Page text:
## Wednesday, October 16, 2013

### The Phillips curve

Earlier this year John Quiggin made the bold claim that macroeconomics went wrong in 1958 after the discovery of the Phillips curve. I've been working over the past couple months trying to figure out how the Phillips curve comes about in the information transfer framework and I basically come to the same conclusion. Here is my bold claim:

The Phillips curve is real but barely useful regularity in the data that has been completely misinterpreted.

OK, let's begin. The curve is generally drawn as a downward sloping curve in unemployment rate-inflation rate space. In the information transfer model, this immediately says that the information source is aggregate demand (NGDP), the information destination is the supply of unemployed people (U, e.g. this metric -- and n.b. here and throughout U is the total number of unemployed, not the unemployment rate), and the price level P is detecting signals from the demand to the supply. In my notation, P:NGDP→U. Therefore we can write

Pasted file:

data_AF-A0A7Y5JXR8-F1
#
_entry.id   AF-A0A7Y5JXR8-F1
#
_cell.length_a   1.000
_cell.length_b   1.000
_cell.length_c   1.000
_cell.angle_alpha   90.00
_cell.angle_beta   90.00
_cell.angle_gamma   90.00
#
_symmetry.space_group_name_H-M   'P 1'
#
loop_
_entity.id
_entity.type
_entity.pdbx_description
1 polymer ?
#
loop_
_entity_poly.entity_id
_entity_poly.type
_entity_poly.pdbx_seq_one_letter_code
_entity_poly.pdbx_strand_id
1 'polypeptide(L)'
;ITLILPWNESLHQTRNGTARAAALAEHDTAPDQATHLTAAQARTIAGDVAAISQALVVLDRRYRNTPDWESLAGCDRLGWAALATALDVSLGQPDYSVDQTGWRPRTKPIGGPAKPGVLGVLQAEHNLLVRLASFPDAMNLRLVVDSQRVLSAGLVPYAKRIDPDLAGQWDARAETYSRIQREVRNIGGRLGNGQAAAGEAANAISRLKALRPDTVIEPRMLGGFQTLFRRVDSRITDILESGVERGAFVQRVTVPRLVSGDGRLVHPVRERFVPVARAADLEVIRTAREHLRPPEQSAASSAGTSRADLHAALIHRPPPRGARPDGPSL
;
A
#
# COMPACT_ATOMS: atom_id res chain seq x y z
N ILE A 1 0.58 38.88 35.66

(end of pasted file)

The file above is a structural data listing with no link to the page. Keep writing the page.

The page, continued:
$$\text{(1) } P = \frac{1}{\kappa} \frac{NGDP}{U}$$

We can do a fit to the data (price level in green, model in blue)

This fit works as well as the fit to the interest rate in the IS-LM model, so it gives some hint that we may be able to extract information from it. One interesting thing to consider is that the price level curve could define a "natural rate" of unemployment (actually more of a mean level of unemployment, blue):

The graph divides the number of unemployed by the size of the civilian labor force (L) to get the unemployment rate. Here is the graph of deviations from the blue curve:

I've excised the recessions in the data points (dots) in the graph above. It becomes clear that most of the data points and nearly all of the non-recession data points represent an unemployment rate that is falling. This is a major point in understanding the Phillips curve in the information transfer framework. Of course, to get to our final destination requires a little math. Start with the price level equation (1) above and take the logarithmic derivative: